One is that I want to encode some (but not all) of the Bible texts for "red letter" editions. Actually, I don't really mean to specify that the words of Jesus have to be in red. I just want to mark the direct quotes of Jesus in a way that makes it easy for those who wish to present the Bible text to display the direct quotes of Jesus in red (or some other distinctive way) if they want to. I don't even care if people display Jesus' direct quotes in red or not, but I do care that if they do, the markers are in the right places so that the correct words are marked. I can use <q who="Jesus" sID="book.chapter.verse.0">...<q who="Jesus" eID="book.chapter.verse.0"> for that, but then if I do that for the KJV, will the application reading the OSIS file add quotation marks? If I use OSIS for a language that uses different quotation marks, what will happen? What about open quote reminders at new paragraphs and stanzas? Will they be inserted when they aren't supposed to be?

The other problem with controlling quotation punctuation with OSIS and always using markup (i. e. q or speech elements) is that there are not just start and end locations. There are also open quote reminder locations. This gets confusing. Can I specify that a quotation starts at a given location with one character, continues at a paragraph boundary with a different character, then ends with still another character? Would it be OK to use a duplicated sID in a q milestone element to indicate that this is a part of the same quotation, but more punctuation is needed here?

In short, I consider the placement of quotation punctuation and the selection of characters to be used for quotation punctuation to be a part of the Bible translation text itself, and if any encoding, like OSIS, cannot guarantee that these characters are maintained in their original locations, then that encoding is defective.

Do you see the problem?

Now, let me suggest at least two possible solutions that are easy to incorporate into the OSIS standard. First, let me explicitly state what I'm trying to accomplish:

1. Preserve the current OPTION in OSIS to generate quotation punctuation with markup.

2. Preserve the OPTION in OSIS to mark quotations by speaker for specialized searches or, in the case of Jesus' direct quotes, to color or present them in some different way.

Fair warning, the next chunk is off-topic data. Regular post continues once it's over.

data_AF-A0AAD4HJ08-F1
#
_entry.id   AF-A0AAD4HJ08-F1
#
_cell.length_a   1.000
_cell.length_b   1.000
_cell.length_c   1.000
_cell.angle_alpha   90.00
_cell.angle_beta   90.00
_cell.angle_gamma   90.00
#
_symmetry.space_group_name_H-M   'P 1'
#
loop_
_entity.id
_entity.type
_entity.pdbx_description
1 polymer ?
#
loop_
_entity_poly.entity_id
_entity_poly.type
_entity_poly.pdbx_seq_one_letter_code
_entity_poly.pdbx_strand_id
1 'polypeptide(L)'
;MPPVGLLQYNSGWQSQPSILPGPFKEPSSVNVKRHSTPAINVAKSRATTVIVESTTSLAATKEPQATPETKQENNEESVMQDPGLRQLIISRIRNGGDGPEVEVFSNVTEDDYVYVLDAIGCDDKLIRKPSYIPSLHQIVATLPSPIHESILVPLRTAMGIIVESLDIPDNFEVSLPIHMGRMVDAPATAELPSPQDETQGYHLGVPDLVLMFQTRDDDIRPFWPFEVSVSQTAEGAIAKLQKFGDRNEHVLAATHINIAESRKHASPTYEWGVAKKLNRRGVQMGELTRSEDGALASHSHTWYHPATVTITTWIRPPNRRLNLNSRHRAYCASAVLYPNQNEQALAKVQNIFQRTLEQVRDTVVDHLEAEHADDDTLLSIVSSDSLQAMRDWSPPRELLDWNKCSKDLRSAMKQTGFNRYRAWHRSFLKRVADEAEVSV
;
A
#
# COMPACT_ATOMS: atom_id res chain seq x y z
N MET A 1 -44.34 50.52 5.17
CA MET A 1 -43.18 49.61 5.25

3. Add the OPTION to control quotation punctuation precisely for languages and styles that differ from the "usual" in the type and placement locations of quotation punctuation.

Suggested solution number 1 (recommended):

Document that any <q> or <speech> element marked with an attribute of n=" " (a blank space) should not be taken as an instruction to insert any quotation mark. Rather, in this case, it should be assumed that the correct punctuation is already in the text as a Unicode character (just like other kinds of punctuation). <q> or <speech> elements not so marked would be taken as an instruction to insert quotation punctuation in the manner that the NIV English Bible does, including open quote reminders, and alternating double and single typographic quotes for nested quotes.

Suggested solution number 2:

If for some bizarre reason you are opposed to letting quotation punctuation exist as a normal Unicode character in the text, you could (1) allow the exact character to be used to be specified with its hexadecimal code position in the n attribute of the p or speech element, and (2) define two other elements to specify if open quote reminders are appropriate at new paragraphs and stanzas, and (3) specify what the open quote reminder character should be.

Suggested solution number 3:

Make something up-- anything that solves the problem above, and ask me if I think it would work or not.

By the way, I would be happy to help you proofread and review the next release of OSIS documentation and schema.

>Hope you are having a great day!

I am. It is about my bed time, now...